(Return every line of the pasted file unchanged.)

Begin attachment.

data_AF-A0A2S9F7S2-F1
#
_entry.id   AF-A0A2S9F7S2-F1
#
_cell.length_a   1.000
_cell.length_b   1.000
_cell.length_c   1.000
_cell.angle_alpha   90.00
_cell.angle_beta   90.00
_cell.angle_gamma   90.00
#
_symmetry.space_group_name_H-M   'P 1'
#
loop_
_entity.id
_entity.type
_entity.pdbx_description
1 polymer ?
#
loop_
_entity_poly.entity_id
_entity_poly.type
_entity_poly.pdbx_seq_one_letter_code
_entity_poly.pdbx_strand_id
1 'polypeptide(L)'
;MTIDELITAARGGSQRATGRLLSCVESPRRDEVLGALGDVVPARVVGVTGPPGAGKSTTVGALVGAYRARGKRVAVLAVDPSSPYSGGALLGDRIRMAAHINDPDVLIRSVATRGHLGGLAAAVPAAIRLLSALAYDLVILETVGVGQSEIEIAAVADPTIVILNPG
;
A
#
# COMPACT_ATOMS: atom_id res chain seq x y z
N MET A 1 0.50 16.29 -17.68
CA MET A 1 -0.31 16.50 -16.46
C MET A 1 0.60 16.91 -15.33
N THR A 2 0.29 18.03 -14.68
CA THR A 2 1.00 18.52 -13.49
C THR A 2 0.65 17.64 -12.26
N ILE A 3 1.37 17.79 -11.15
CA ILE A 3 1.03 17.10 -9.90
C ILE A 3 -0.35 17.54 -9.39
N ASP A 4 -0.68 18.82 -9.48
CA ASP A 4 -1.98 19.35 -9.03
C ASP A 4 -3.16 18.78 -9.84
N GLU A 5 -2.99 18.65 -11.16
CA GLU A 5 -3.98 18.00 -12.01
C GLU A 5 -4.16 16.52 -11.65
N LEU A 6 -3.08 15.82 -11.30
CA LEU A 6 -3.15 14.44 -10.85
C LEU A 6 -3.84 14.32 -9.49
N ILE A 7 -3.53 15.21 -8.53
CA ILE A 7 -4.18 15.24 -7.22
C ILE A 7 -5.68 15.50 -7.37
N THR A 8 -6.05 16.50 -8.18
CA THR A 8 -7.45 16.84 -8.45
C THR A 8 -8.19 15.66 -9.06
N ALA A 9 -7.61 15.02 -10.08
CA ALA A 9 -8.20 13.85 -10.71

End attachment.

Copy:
data_AF-A0A2S9F7S2-F1
#
_entry.id   AF-A0A2S9F7S2-F1
#
_cell.length_a   1.000
_cell.length_b   1.000
_cell.length_c   1.000
_cell.angle_alpha   90.00
_cell.angle_beta   90.00
_cell.angle_gamma   90.00
#
_symmetry.space_group_name_H-M   'P 1'
#
loop_
_entity.id
_entity.type
_entity.pdbx_description
1 polymer ?
#
loop_
_entity_poly.entity_id
_entity_poly.type
_entity_poly.pdbx_seq_one_letter_code
_entity_poly.pdbx_strand_id
1 'polypeptide(L)'
;MTIDELITAARGGSQRATGRLLSCVESPRRDEVLGALGDVVPARVVGVTGPPGAGKSTTVGALVGAYRARGKRVAVLAVDPSSPYSGGALLGDRIRMAAHINDPDVLIRSVATRGHLGGLAAAVPAAIRLLSALAYDLVILETVGVGQSEIEIAAVADPTIVILNPG
;
A
#
# COMPACT_ATOMS: atom_id res chain seq x y z
N MET A 1 0.50 16.29 -17.68
CA MET A 1 -0.31 16.50 -16.46
C MET A 1 0.60 16.91 -15.33
N THR A 2 0.29 18.03 -14.68
CA THR A 2 1.00 18.52 -13.49
C THR A 2 0.65 17.64 -12.26
N ILE A 3 1.37 17.79 -11.15
CA ILE A 3 1.03 17.10 -9.90
C ILE A 3 -0.35 17.54 -9.39
N ASP A 4 -0.68 18.82 -9.48
CA ASP A 4 -1.98 19.35 -9.03
C ASP A 4 -3.16 18.78 -9.84
N GLU A 5 -2.99 18.65 -11.16
CA GLU A 5 -3.98 18.00 -12.01
C GLU A 5 -4.16 16.52 -11.65
N LEU A 6 -3.08 15.82 -11.30
CA LEU A 6 -3.15 14.44 -10.85
C LEU A 6 -3.84 14.32 -9.49
N ILE A 7 -3.53 15.21 -8.53
CA ILE A 7 -4.18 15.24 -7.22
C ILE A 7 -5.68 15.50 -7.37
N THR A 8 -6.05 16.50 -8.18
CA THR A 8 -7.45 16.84 -8.45
C THR A 8 -8.19 15.66 -9.06
N ALA A 9 -7.61 15.02 -10.08
CA ALA A 9 -8.20 13.85 -10.71